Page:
Dark yellow green, yellow green, green
Printing Method: Engraved
Subject: Marquette on the Mississippi
Number issued: 70,993,400
Watermark: Double Line USPS
Scott #: 285
Issued: June 17th, 1898
$1 - $1.50
No postmark with gum (MH)
$3 - $6
Full perfect gum, no postmark
no trace of stamp hinge mark (MNH)
$10 - $32.50
First day cover, June 17th, 1898
#285 was issued with the following plate #'s
590-592, 598, 600-601, 605, 607, 612, 635, 709 -712
A pane of #285. Each pane had 50 stamps, there were two panes to a sheet of 100 stamps.
It was intended to print the Trans-Mississippi issue with a black vignette and a frame in color. The bi-color idea had to be abandoned because of the fact that the Spanish American War, which broke out in April, 1898, necessitated the printing of enormous quantities of revenue stamps and the facilities of the Bureau were taxed to the utmost . The time and manpower needed for the printing of stamps in two colors could not be spared and it was necessary for the Bureau to abandon the proposed bi-color stamps in favor of stamps of single colors.
For the vignette was based on a painting by William Lamprecht called "Father Marquette and the Indians"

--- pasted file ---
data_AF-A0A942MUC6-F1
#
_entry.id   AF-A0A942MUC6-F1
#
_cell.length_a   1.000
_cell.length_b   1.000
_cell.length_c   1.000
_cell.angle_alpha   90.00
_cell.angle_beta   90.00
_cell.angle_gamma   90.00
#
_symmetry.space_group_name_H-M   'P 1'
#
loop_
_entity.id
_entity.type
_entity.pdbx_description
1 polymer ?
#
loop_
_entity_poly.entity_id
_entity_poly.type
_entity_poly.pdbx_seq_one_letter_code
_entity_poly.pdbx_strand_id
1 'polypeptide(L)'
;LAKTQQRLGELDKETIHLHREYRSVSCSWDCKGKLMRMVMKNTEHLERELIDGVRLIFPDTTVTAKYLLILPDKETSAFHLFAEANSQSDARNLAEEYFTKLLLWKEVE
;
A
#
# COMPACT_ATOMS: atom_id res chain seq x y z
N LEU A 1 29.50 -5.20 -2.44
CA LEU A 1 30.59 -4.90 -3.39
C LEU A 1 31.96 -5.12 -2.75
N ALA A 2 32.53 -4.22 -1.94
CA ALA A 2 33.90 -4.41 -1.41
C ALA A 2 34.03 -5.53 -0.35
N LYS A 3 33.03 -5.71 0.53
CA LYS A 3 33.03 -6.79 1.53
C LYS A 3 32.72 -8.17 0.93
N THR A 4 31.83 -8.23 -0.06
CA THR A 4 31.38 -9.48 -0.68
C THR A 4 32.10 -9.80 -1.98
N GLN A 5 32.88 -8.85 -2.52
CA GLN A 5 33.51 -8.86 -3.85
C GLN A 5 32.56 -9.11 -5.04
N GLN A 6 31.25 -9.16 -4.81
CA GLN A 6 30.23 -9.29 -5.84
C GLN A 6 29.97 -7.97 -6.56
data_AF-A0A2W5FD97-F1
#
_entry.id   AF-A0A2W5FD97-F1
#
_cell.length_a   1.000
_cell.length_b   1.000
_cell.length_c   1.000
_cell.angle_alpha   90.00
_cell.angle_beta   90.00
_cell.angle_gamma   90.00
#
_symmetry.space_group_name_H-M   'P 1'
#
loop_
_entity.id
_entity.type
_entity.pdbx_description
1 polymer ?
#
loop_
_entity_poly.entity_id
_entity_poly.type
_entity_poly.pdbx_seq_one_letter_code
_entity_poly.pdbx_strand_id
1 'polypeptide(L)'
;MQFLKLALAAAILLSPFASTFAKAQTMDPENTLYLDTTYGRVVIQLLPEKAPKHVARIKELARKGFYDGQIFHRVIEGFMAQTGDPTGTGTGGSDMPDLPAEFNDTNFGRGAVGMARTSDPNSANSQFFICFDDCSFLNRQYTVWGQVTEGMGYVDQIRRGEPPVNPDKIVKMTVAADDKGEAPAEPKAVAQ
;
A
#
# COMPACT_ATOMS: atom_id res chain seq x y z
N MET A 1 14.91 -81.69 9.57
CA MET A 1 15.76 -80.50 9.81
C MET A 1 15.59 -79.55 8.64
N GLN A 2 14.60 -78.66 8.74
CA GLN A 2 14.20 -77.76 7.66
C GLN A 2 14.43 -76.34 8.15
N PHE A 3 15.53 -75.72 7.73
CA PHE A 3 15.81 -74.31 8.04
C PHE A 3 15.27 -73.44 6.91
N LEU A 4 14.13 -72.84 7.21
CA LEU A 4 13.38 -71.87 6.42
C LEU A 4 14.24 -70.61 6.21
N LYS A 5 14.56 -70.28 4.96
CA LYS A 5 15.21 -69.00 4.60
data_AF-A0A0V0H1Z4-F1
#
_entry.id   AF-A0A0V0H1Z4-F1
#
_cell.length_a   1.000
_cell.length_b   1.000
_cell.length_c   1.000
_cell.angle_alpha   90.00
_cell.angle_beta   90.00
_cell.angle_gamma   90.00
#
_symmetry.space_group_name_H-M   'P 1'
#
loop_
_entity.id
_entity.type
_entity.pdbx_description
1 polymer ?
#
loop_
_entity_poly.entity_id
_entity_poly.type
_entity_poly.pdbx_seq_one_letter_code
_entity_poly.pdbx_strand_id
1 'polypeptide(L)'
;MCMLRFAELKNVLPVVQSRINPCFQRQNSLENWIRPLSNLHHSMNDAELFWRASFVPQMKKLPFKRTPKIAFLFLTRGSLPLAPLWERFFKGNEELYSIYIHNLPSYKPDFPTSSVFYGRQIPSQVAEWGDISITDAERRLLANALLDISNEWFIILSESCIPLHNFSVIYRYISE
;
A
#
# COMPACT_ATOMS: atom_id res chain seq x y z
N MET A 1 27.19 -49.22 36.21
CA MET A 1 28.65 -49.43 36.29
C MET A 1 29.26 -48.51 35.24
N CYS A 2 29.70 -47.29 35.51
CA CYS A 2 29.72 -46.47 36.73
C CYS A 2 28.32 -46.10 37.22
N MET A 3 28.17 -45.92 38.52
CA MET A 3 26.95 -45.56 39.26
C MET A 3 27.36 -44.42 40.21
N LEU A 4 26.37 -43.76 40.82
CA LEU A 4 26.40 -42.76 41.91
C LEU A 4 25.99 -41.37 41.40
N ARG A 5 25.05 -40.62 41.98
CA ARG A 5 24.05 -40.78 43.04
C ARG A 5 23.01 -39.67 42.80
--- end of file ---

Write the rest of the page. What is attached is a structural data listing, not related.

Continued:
Marquette and Jolliet did not discover the Mississippi. Indians had been using it for thousands of years, and Spanish explorer Hernan De Soto had crossed it more than a century before them. They did confirm, however, that it was possible to travel from the Great Lakes all the way to the Gulf of Mexico by water, that the native peoples who lived along the route were generally friendly, and that the natural resources of the lands in between were extraordinary. Equipped with this information, French officials led by the explorer LaSalle would erect a 4,000-mile network of trading posts to systematically exploit those riches over the next century and a half.
Photographic essay of vignette design
Engraved vignette essay on India die sunk on card
Large die essay on india, die sunk on card
Small die essay on india, die sunk on card
Large bi-color essay die sunk on card
Large die proof on India, die sunk on card
Roosevelt Album Proof, mounted on Gray Card
The Trans-Mississippi Exposition was a World’s Fair hosted in Omaha, NE from June 1 to November 1 of 1898. The purpose of the Omaha World’s Fair was to exemplify the fertility and potential of Western farming and manufacturing as a definite pathway to financial success. It attracted 2.6 million visitors.
A two-thousand foot-long lagoon designed to resemble Venetian canals hosted gondola rides as a whimsical form of transportation throughout the fair. Stately trees and lush grass plots lined artistically crafted walking paths, illuminated by electric lights. Bright white building designed in Renaissance style reflected ancient Greek and Roman influences and possessed strenuous constraints on color, scale and height. All was built out of cheap materials or designed not to last, at the end of the exposition it was all removed.
There were two great attractions during the show, the first being President McKinley's speech which attracted 100,000 people to the plaza. The other was Buffalo Bill's Wild West Show, a video of which can be viewed below.